|Definition||The Generalized Upper Model is a general task and domain independent `linguistically motivated ontology' that provides a semantics for natural language expressions. The categories of the ontology enforce a consistent modelling style on any domain which is also guaranteedly appropriate for flexible expression in natural language. The Generalized Upper Model attempts to be multilingual as far as possible. Several language technology components are defined for expressing information organized conformant with the Generalized Upper Model (e.g, KPML)|
The Generalized Upper Model is now available in several forms, including a Semantic Web compatible OWL-DL version, and employs up to date ontological engineering principles. Axiomatization is being extended and particular detail is being provided for the area of spatial semantics.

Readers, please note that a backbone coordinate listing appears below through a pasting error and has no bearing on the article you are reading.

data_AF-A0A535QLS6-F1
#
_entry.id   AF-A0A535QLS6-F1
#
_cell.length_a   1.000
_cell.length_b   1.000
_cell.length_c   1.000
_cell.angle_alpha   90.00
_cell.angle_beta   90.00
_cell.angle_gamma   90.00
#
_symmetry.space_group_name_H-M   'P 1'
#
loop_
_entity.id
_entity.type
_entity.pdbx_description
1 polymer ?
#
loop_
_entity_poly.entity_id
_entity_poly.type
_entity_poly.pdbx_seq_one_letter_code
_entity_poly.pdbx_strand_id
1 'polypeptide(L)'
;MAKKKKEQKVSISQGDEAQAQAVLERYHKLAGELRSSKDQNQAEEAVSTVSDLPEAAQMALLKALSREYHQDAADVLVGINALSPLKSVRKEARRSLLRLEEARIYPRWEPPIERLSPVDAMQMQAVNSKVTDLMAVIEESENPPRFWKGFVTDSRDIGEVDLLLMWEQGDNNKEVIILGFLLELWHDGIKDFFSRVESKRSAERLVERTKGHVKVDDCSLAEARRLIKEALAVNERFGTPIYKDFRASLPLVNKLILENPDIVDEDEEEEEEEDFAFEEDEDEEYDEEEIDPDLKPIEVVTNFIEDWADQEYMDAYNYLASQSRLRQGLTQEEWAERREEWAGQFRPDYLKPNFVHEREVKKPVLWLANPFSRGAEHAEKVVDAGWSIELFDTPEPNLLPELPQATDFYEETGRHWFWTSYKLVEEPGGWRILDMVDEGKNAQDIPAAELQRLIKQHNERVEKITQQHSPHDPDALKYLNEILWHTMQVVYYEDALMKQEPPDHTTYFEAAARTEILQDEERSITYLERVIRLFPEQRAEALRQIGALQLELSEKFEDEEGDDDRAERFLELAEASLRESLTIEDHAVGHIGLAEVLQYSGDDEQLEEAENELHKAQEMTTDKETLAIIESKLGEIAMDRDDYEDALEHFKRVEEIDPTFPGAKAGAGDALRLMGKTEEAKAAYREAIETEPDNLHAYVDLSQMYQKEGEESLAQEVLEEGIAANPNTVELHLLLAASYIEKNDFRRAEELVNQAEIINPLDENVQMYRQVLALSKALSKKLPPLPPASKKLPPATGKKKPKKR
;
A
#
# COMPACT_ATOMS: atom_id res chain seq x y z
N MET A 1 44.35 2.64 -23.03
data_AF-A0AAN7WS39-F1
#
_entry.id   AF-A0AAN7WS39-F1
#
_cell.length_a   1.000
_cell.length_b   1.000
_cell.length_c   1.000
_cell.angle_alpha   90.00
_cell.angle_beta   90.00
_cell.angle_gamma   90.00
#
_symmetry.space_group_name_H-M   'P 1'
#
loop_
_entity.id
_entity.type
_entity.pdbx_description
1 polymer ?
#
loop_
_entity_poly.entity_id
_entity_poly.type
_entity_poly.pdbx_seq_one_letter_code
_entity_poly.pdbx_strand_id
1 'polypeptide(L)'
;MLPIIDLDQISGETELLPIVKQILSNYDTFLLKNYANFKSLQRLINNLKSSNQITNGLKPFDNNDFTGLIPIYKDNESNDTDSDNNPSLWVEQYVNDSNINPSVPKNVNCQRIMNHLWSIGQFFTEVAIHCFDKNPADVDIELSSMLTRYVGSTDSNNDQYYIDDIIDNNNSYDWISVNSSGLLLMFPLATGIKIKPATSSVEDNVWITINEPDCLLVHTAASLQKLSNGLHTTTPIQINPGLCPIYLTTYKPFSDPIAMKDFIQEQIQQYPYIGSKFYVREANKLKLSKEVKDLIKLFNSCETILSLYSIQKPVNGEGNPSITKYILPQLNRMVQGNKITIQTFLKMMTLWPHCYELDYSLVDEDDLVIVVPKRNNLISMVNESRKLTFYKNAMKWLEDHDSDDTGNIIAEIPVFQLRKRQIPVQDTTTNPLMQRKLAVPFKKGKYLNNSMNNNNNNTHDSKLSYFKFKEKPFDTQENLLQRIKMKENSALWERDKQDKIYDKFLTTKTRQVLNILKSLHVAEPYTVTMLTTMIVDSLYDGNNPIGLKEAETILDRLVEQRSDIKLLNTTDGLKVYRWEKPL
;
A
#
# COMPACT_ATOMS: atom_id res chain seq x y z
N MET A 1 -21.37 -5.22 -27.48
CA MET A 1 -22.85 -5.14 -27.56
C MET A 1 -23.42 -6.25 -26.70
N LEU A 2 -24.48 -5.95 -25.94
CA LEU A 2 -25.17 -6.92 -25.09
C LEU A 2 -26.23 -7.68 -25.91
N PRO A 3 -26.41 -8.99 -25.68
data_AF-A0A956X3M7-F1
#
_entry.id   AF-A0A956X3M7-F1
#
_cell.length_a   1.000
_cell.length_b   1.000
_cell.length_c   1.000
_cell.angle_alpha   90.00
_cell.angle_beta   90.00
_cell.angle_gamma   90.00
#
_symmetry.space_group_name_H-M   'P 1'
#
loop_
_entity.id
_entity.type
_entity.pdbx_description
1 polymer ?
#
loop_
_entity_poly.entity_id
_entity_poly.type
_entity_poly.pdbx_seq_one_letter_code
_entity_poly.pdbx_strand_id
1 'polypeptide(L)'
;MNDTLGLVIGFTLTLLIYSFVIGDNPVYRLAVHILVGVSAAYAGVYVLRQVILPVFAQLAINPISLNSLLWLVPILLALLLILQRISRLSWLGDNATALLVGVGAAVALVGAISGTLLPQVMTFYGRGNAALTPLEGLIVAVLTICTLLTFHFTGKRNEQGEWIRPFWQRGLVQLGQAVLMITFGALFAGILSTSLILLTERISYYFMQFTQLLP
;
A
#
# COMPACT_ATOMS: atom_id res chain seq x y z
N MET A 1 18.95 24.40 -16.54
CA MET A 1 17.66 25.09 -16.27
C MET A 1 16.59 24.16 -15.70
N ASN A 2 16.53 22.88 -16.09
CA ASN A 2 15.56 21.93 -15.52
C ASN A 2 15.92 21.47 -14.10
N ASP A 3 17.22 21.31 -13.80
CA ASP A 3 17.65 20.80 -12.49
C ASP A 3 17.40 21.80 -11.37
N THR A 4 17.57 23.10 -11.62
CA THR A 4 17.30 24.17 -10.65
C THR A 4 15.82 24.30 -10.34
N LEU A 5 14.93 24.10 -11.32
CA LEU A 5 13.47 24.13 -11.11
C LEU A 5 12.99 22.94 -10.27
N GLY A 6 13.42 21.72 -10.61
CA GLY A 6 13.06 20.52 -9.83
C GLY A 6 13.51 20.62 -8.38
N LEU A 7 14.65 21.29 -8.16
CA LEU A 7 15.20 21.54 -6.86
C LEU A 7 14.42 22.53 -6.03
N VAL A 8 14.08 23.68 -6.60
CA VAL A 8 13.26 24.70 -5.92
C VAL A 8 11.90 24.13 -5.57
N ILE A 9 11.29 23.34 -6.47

|Availability||The current in progress OWL version can be downloaded from
the development page here.
A simple signature generated from the in progress OWL revision (Jan 05) [and for comparison, a signature generated from the old Penman Upper Model by the same procedure, drawing on an OWL-version kindly provided by Leo Ferres]. See the current online version for the full story.
The Generalized Upper Model is a descendent of the Penman Upper Model, originally developed by Bill Mann, Christian Matthiessen and others at the USC/ISI in Los Angeles. The Penman Upper Model was later integrated via the Sensus model into the Cyc ontology.
For multilingual applications, the Penman Upper Model was merged in 1994 with a parallel German development; the results of that merger or described the paper "Merging the English and the German Upper Model" (Henschel, 1992-3, GMD-IPSI).
This was then further extended to become the initial version of the Generalized
Upper Model in 1994 and as described in "The
Generalized Upper Model 2.0" [bibtex
In May, 2003, there was a revision to update for Loom 3 and 4 and loading independently of the KPML text generator source (Text)
Since 2007, the Generalized Upper Model has been maintained in OWL and the Common Algebraic Specification Language, CASL.
University of Bremen
Last update: 8th September 2008